Full Posts

Bloglines Subscribe in Bloglines
Newsgator Subscribe in NewsGator Online
Google Add to Google
netvibes Add to Netvibes


ESAblawg is an educational effort by Keith W. Rizzardi. Correspondence with this site does not create a lawyer-client relationship. Photos or links may be copyrighted (but used with permission, or as fair use). ESA blawg is published with a Creative Commons License.

Creative Commons License

florida gators... never threatened!

If you ain't a Gator, you should be! Alligators (and endangered crocs) are important indicator species atop their food chains, with sensitivity to pollution and pesticides akin to humans. See ESA blawg. Gator blood could be our pharmaceutical future, too. See ESA musing.


Follow the truth.

"This institution will be based on the illimitable freedom of the human mind. For here we are not afraid to follow truth wherever it may lead, nor to tolerate any error so long as reason is left free to combat it." -- Thomas Jefferson to William Roscoe, December 27, 1820.


Thanks, Kevin.

KEVIN S. PETTITT helped found this blawg. A D.C.-based IT consultant specializing in Lotus Notes & Domino, he also maintains Lotus Guru blog.

« Plants only partly protected by ESA | Main| Why bother blawging...? »

Delisting the Brown Pelican

Bookmark :  Technorati  Digg This  Add To Furl  Add To YahooMyWeb  Add To Reddit  Add To NewsVine 

73 Fed. Reg. 9408- 9433 (Feb. 20, 2008) (Endangered and Threatened Wildlife and Plants; 12-Month Petition Finding and Proposed Rule To Remove the Brown Pelican (Pelecanus occidentalis) From the Federal List of Endangered and Threatened Wildlife; Proposed Rule)

SUMMARY: Under the authority of the Endangered Species Act of 1973, as amended (Act), we, the U.S. Fish and Wildlife Service (Service), propose to remove the brown pelican (Pelecanus occidentalis) from the Federal List of Endangered and Threatened Wildlife (List) due to recovery. This action is based on a review of the best available scientific and commercial data, which indicates that the species is no longer in danger of extinction, or likely to become so within the foreseeable future. If this proposal is finalized, the brown pelican will remain protected under the provisions of the Migratory Bird Treaty Act. This document also constitutes our 12-month finding on a petition to delist the brown pelican subspecies that occurs along the Pacific Coast of California and Mexico, including the Gulf of California, and a petition to delist the Louisiana population of the brown pelican.  We will accept comments received or postmarked on or before April 21, 2008.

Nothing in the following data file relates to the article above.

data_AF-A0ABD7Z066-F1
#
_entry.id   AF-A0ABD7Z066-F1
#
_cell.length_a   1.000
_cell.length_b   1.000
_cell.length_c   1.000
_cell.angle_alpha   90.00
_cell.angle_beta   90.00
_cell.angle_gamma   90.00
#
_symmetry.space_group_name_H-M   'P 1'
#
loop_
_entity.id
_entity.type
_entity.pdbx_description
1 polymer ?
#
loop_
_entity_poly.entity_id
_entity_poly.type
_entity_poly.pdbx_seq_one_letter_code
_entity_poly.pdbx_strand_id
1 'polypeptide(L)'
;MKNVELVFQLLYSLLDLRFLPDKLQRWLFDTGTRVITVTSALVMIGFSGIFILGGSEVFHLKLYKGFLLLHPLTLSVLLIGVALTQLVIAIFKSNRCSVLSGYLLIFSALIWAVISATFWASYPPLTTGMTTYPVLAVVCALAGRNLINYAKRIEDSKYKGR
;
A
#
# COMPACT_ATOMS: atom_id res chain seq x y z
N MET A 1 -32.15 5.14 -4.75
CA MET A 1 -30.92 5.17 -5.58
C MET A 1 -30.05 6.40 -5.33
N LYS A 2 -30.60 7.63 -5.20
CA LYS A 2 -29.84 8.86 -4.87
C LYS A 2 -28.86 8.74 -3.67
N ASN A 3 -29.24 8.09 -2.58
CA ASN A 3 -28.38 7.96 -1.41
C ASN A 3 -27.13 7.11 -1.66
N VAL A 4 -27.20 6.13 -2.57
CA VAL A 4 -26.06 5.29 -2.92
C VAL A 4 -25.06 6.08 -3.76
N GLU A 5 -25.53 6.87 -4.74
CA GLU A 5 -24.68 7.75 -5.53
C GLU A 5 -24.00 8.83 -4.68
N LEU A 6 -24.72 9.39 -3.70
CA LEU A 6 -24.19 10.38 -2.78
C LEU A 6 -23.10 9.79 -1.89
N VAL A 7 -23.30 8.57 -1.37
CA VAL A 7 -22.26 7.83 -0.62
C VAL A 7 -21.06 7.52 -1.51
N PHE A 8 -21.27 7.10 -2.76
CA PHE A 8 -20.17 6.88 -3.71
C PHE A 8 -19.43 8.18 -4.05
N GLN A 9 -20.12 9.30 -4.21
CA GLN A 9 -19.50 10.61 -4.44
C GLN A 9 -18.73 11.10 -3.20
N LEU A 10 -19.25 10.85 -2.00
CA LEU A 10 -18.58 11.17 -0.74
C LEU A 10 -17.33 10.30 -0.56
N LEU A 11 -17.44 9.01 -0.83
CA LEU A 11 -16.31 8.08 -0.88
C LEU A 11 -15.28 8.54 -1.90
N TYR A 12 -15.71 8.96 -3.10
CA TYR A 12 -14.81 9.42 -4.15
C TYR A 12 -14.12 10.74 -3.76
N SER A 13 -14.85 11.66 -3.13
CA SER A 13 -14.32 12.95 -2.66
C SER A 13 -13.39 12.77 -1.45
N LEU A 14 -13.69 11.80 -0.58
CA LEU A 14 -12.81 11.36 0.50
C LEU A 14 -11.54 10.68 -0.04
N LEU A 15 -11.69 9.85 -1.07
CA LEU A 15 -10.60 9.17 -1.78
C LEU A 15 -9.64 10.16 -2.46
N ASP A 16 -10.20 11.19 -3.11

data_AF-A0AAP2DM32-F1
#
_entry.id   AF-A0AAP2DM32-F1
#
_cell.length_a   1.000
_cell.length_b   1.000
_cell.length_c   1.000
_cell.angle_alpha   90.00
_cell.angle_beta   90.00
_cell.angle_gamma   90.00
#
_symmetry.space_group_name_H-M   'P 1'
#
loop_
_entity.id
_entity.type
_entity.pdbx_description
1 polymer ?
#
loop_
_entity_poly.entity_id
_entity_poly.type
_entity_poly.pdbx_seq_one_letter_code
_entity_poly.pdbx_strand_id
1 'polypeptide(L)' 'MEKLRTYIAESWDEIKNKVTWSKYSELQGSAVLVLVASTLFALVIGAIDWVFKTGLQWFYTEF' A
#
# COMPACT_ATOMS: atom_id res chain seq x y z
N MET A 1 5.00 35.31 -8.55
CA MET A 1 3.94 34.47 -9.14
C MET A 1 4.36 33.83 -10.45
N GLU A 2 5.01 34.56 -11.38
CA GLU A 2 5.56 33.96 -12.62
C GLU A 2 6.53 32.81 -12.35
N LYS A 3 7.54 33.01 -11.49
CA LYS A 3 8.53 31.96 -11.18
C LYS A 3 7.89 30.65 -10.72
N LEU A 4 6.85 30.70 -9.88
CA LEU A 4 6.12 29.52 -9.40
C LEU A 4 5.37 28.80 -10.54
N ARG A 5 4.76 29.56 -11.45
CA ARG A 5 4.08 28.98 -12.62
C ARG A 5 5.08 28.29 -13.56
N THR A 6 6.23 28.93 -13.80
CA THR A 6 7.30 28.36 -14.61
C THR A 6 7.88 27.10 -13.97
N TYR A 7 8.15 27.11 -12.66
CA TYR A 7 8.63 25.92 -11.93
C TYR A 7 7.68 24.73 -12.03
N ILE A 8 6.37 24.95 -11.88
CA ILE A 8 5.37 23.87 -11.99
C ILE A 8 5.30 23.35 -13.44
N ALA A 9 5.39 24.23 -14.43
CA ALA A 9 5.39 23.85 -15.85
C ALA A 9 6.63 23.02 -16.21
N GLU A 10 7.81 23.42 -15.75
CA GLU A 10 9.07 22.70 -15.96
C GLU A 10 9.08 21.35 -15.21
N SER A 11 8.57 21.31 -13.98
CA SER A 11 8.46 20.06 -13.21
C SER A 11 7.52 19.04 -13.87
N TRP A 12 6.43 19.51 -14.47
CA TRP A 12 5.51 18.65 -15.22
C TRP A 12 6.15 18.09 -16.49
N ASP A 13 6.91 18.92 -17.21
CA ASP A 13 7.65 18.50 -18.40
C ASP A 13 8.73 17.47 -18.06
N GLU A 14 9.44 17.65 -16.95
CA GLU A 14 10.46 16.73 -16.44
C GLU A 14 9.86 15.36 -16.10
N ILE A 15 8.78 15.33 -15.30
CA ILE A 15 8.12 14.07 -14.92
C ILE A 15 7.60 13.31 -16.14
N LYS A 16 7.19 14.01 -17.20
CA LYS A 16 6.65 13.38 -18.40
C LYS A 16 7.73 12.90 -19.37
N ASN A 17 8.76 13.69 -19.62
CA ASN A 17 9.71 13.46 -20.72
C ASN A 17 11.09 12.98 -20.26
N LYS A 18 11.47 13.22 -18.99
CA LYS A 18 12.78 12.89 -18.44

Photo of Brown Pelican flock from U.S. Army Corps of Engineers article, "Louisiana state bird recovering with help from Corps," available online.

NOTABLE ANALYSIS: The primary reason for severe declines in the brown pelican population in the United States, and for designating the species as endangered, was DDT contamination in the 1960s and early 1970s. Additionally, pesticides like dieldrin and endrin were also found to negatively impact brown pelicans. Since the banning of these organochlorine pesticides, brown pelican abundance within the U.S. has shown a dramatic recovery, and although annual reproductive success varies widely, populations have remained generally stable for at least 20 years...  In conclusion, major threats to brown pelicans have been reduced, managed, or eliminated. Remaining factors that affect brown pelicans occur on localized scales, are short-term events, or affect small numbers of individuals and do not have long-term effects on population numbers or distribution of the species. We have determined that none of the existing or potential threats, either alone or in combination with others, are likely to cause the brown pelican to become in danger of extinction within the foreseeable future throughout all or any significant portion of its range. We believe the brown pelican no longer requires the protection of the Act, and, therefore, we propose to remove it from the Federal List of Endangered and Threatened Wildlife.

  • “Brown Pelican bounces back on Coast, Endangered No More” from South Mississippi‘s Sun Herald.